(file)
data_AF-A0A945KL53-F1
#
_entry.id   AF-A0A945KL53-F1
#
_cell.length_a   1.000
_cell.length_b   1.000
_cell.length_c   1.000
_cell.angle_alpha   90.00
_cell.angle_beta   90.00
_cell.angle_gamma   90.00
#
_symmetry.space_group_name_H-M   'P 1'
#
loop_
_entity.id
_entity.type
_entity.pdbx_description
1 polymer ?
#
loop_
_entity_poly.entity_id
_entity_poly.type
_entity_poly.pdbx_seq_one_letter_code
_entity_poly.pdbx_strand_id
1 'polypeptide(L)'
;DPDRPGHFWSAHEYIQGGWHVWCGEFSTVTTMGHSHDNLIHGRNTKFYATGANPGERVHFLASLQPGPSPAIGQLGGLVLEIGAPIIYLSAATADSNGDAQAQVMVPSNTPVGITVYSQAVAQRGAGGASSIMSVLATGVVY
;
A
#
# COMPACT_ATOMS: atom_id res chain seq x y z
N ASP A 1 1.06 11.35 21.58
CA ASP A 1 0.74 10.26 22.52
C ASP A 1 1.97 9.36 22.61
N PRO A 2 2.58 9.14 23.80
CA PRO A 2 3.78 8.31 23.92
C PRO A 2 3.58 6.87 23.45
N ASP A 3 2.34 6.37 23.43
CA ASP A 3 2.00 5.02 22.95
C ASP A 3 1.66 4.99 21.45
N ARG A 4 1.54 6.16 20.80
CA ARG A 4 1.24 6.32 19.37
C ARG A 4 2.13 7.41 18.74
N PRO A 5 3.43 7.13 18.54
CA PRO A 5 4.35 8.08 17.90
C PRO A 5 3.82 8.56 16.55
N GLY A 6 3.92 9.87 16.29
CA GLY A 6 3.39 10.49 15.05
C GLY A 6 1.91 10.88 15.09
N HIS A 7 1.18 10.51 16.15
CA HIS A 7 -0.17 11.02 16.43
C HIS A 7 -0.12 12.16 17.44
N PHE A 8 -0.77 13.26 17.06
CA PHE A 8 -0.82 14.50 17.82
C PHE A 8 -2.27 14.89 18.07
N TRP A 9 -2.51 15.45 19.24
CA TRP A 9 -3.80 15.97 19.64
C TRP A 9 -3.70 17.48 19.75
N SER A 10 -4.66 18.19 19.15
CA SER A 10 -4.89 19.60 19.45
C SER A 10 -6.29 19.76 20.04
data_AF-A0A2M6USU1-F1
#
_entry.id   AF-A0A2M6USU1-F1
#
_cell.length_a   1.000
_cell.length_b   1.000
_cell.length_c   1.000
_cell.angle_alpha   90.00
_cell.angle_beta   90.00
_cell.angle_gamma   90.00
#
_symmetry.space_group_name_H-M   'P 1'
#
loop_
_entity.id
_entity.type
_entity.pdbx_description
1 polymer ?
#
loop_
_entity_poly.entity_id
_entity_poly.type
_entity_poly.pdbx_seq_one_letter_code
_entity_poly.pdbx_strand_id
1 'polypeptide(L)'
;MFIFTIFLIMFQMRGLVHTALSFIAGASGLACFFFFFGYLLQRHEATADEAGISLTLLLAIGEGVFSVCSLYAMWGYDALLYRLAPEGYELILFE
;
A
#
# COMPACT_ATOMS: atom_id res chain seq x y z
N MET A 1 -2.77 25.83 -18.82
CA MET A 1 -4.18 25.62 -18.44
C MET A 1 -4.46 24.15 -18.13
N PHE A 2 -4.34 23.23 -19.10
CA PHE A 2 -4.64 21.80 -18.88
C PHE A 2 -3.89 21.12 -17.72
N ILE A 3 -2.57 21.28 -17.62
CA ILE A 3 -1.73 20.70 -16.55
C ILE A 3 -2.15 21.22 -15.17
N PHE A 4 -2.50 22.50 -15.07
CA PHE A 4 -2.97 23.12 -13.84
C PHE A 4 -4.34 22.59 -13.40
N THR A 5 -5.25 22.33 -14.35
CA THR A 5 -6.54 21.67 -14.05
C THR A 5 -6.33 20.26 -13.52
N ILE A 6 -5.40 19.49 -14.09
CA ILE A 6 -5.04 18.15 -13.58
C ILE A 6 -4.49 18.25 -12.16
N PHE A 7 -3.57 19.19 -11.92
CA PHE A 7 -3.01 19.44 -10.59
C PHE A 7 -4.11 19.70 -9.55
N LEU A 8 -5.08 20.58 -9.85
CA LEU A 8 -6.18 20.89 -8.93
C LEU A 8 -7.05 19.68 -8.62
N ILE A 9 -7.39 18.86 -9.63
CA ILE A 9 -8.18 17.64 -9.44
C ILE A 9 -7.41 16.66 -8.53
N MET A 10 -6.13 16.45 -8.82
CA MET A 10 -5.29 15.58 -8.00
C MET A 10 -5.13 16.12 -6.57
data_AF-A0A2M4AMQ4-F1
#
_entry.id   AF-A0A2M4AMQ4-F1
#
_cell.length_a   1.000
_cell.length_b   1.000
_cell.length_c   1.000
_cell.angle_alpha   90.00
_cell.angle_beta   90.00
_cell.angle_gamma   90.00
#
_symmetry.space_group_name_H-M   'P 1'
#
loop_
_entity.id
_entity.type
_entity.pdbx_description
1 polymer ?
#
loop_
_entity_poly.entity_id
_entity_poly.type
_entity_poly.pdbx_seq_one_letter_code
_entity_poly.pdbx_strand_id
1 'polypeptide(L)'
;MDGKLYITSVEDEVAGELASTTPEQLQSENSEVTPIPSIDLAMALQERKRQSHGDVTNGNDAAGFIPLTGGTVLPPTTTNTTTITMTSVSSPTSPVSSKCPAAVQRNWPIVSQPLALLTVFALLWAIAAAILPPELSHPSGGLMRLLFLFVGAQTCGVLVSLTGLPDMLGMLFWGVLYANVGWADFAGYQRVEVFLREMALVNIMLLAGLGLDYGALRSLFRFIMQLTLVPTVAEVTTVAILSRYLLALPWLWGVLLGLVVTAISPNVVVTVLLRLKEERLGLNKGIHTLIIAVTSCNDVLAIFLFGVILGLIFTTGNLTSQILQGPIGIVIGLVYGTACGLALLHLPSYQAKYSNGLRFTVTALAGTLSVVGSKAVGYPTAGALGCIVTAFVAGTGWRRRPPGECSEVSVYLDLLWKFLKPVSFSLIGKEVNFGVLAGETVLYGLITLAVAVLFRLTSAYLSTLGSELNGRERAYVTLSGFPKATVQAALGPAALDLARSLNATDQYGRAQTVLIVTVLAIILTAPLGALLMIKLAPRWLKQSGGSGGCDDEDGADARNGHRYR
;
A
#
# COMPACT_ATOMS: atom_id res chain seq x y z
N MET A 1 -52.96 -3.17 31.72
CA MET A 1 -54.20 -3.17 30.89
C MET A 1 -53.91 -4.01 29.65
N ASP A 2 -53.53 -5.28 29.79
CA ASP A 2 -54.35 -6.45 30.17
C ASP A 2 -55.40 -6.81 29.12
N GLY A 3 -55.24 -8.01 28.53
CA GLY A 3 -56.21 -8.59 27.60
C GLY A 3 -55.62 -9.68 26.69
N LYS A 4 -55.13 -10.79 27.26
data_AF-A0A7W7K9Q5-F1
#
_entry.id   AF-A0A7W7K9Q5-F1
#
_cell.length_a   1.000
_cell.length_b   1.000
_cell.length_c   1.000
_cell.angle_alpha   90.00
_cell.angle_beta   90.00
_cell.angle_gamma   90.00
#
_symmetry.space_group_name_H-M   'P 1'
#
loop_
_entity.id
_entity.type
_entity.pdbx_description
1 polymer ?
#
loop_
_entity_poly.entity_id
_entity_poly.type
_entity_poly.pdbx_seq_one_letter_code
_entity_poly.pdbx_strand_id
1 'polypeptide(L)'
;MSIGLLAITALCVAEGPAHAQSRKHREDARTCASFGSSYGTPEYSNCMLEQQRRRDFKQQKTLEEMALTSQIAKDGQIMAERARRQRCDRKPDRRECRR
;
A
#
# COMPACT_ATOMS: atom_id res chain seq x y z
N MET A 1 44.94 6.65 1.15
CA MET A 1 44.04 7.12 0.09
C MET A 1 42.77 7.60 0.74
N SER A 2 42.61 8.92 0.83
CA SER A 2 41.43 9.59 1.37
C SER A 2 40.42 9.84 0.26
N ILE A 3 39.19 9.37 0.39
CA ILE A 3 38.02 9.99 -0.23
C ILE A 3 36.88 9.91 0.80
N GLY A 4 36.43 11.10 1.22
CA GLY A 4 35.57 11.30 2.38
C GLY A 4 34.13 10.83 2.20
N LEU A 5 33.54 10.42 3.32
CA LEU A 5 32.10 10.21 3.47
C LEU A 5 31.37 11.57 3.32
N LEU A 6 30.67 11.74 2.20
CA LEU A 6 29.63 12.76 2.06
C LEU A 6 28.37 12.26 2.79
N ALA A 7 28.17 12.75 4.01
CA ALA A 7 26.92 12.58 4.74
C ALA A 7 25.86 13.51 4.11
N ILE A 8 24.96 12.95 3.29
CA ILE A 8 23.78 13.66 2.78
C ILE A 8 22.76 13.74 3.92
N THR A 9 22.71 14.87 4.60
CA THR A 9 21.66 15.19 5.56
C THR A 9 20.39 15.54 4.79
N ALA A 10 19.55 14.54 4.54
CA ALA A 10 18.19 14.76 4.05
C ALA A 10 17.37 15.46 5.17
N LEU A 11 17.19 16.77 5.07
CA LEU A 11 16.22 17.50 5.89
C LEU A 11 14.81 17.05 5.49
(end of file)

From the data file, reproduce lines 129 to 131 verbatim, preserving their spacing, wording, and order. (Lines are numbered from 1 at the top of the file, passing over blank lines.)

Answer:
_cell.angle_beta   90.00
_cell.angle_gamma   90.00
#